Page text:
The multisite coordination metal catalysts are thought to produce substantially linear polymer molecules having a relative wide range of molecular weights but little long chain branching and minimal amounts of terminal vinyl groups. In contrast, the chromium based catalyst systems produce polymer molecules having higher degrees of long chain branching and more terminal vinyl groups. The shear stress response, i.e HLMI/MI, for polymers produced using the chromium catalyst systems is generally 60 or more, whereas for polymers produced with the coordination catalysts, it is generally around 30. Similarly, the chromium catalyst systems can produce polymers having flow activation, i.e. Ea values of 30 kJ/mole or more whereas polymers of similar molecular weight produced with the coordination catalysts have Ea values of less than 30. The natural balance of short and long chain branching in the polymers produced using the chromium catalysts provides them with a balance of processing and mechanical advantages that are often not provided by the polymers produced using the coordination catalysts. Because of the lack of long chain branching in the polymers produced with the coordination catalysts, the polymers have in some cases been subjected to further reaction with free radical initiators to introduce some branching to improve the processability of the polymers. In addition the polymers produced with the coordination catalyst systems often contain significant levels of chloride residual which can be undesirable in some applications.
Some of the current excitement regarding using metallocenes as polymerization catalysts stems from the fact that, while metallocenes can be viewed as transition metal compounds, as a result of their particular molecular composition, metallocenes have been at least theorized as being capable of producing "single site" catalysts which will produce polymer molecules having more structural uniformity than polymer molecules produced using the multisite coordination catalyst systems of the type that has been used commercially for years.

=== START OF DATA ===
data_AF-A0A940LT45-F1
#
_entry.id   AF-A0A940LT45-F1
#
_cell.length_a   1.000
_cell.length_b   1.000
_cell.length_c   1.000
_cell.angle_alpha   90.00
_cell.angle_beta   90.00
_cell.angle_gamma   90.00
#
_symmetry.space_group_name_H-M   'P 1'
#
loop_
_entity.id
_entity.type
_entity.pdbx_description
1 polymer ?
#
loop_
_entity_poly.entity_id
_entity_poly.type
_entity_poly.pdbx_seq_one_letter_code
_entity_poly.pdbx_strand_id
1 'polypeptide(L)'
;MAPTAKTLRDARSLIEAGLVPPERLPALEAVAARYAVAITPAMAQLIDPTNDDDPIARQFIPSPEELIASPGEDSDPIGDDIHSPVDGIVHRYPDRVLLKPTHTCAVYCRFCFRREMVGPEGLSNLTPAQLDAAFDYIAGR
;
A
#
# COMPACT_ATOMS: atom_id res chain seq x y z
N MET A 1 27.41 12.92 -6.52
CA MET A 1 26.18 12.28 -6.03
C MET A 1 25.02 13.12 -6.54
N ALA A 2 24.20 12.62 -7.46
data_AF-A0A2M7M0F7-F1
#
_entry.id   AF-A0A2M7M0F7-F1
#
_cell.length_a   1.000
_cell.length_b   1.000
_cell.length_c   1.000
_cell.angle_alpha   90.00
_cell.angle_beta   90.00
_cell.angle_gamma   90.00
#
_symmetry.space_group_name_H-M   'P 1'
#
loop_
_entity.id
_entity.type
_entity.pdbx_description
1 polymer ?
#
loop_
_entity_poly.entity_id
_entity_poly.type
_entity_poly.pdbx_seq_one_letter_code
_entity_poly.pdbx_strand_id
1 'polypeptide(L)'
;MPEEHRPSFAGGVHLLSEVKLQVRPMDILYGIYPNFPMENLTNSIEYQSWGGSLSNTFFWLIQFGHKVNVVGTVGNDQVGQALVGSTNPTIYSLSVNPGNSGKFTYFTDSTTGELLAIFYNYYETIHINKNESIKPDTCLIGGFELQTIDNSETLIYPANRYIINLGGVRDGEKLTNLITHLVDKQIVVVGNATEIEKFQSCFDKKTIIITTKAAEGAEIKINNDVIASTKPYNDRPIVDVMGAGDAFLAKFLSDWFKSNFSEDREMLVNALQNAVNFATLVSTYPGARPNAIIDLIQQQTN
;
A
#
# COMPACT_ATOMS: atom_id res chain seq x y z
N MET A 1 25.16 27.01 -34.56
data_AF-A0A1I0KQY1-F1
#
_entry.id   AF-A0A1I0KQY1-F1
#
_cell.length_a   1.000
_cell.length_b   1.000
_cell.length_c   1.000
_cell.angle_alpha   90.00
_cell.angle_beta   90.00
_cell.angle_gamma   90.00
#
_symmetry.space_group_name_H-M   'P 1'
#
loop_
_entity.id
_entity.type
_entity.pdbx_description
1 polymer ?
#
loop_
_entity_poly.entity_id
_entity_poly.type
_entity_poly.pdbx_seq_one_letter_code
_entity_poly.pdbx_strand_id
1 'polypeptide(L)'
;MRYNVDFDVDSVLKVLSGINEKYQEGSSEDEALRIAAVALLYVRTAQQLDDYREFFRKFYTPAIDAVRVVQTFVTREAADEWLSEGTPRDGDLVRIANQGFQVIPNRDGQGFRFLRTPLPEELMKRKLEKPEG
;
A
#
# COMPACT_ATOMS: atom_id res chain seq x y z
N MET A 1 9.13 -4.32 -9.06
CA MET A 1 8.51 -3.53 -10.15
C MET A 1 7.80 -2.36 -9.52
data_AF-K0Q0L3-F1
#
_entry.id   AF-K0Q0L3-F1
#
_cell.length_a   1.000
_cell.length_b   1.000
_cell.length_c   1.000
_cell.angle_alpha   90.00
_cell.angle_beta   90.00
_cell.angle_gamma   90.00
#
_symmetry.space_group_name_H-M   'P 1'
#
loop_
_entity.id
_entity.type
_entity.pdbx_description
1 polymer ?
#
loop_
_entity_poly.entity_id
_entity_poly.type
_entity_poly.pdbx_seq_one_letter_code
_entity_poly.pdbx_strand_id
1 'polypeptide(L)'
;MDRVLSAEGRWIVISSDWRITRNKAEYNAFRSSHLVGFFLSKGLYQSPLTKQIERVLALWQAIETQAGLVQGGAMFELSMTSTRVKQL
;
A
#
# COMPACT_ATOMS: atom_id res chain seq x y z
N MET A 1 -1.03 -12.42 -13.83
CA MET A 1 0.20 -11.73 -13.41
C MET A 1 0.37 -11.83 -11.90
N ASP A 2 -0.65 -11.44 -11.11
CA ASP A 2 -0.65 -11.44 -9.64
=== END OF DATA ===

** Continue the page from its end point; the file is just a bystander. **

The concept of using metallocenes such as bis(cyclopentadienyl) titanium, zirconium, or vanadium was known in the 1950's. Some of the early work used those materials in combination with alkylaluminum cocatalysts of the type usually used with current commercial coordination catalyst systems. Those were generally viewed as not having sufficient activity to be of commercial importance. Later is was found that such metallocenes when combined with an aluminoxane cocatalyst would be more active. The resulting polymers generally had a narrow molecular weight distribution, i.e. HI's of less than 4, and little if any long chain branching, i.e. low flow activation energy values and low shear stress response values. However, the molecular weights of these polymer molecules were not always of the level desired for good mechanical properties and the absence of any significant amount of long chain or short chain branching resulted in polymers having some of the same limitations as those produced using the coordination catalysts. It appears that for the best combination of processability and polymer mechanical properties, it would be desirable for polymers to have a proper balance of long and short chain branching and molecular weight distribution.
One object of the present invention is to provide a method for producing ethylene polymers with a metallocene wherein the polymers have better processing characteristics than a substantially linear ethylene polymer of the same weight average molecular weight.
Another object of the present invention is to provide a polymer of ethylene having long chain branching while not containing Ti, Cr, or remnants of peroxide, i.e materials contained in most all current commercial polyolefins.
In accordance with the present invention, there is provided a process for preparing a polymer of ethylene having a flow activation energy of at least about 25 kJ/mol comprising contacting ethylene in a liquid diluent with a catalyst system comprising: